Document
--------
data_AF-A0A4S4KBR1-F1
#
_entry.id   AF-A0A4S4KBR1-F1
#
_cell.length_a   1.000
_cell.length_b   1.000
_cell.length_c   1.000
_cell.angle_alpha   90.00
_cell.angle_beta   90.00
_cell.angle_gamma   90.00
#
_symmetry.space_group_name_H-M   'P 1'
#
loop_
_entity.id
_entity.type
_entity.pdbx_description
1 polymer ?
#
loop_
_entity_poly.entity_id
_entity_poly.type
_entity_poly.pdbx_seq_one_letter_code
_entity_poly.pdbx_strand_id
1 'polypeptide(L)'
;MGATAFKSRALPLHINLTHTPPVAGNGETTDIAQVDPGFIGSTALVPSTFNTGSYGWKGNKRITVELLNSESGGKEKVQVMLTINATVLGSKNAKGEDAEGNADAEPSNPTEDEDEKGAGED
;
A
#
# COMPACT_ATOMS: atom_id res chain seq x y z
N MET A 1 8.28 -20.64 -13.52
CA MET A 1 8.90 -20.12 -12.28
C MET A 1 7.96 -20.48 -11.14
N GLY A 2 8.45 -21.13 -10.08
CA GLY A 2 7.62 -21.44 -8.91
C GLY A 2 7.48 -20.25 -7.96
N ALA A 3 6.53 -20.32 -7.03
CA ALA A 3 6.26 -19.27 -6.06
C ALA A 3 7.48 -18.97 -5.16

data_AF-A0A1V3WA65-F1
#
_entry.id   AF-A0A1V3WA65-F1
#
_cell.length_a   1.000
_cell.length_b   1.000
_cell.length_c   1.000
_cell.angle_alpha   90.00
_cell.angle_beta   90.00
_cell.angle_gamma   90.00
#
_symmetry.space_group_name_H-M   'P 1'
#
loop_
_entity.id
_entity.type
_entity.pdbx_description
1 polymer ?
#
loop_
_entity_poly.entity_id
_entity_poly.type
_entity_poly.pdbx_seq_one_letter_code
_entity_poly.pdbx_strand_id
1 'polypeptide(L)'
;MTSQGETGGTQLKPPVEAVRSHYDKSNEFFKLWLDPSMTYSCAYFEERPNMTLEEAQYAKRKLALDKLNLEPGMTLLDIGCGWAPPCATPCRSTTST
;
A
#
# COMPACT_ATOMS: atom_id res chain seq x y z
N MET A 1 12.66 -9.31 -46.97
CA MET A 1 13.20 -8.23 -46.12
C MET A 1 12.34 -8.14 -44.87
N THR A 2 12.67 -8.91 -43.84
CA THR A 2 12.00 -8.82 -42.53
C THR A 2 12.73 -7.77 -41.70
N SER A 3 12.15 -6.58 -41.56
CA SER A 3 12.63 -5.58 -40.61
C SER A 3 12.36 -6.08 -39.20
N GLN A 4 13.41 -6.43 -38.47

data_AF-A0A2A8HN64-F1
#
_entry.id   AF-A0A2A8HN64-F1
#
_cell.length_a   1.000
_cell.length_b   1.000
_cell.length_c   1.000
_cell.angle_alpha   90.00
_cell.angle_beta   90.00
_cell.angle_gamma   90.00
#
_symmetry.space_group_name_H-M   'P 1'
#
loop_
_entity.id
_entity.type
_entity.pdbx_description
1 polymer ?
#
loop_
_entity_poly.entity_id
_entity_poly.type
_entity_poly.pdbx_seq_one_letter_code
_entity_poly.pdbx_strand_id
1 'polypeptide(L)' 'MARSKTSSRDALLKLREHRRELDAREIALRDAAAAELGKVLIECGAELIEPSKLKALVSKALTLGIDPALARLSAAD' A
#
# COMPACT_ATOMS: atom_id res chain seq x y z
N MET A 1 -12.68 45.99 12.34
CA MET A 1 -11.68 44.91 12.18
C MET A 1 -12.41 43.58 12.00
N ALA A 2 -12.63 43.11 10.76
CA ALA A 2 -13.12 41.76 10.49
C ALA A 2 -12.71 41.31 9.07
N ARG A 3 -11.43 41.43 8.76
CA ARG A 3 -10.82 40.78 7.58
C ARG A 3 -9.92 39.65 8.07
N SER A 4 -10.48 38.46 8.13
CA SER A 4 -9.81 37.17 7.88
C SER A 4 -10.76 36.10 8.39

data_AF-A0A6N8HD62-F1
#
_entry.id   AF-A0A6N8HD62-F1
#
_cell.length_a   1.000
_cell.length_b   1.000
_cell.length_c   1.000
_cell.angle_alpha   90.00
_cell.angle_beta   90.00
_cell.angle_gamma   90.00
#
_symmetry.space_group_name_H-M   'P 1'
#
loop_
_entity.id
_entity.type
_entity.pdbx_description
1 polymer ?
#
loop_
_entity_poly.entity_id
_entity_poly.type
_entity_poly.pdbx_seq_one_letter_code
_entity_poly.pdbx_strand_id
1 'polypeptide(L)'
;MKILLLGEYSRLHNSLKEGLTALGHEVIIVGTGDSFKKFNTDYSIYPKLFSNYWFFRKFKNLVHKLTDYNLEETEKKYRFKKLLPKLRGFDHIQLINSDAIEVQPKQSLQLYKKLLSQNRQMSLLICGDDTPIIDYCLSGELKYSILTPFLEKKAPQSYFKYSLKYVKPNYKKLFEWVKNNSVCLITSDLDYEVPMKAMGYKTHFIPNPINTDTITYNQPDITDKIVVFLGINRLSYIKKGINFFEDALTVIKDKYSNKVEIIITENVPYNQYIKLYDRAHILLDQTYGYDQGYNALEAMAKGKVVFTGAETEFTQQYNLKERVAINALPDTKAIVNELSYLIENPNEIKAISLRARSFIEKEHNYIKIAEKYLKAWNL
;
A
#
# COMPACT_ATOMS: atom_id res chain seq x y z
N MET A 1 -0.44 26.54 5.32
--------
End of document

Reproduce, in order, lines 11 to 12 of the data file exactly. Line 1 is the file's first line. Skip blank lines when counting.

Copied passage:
#
_symmetry.space_group_name_H-M   'P 1'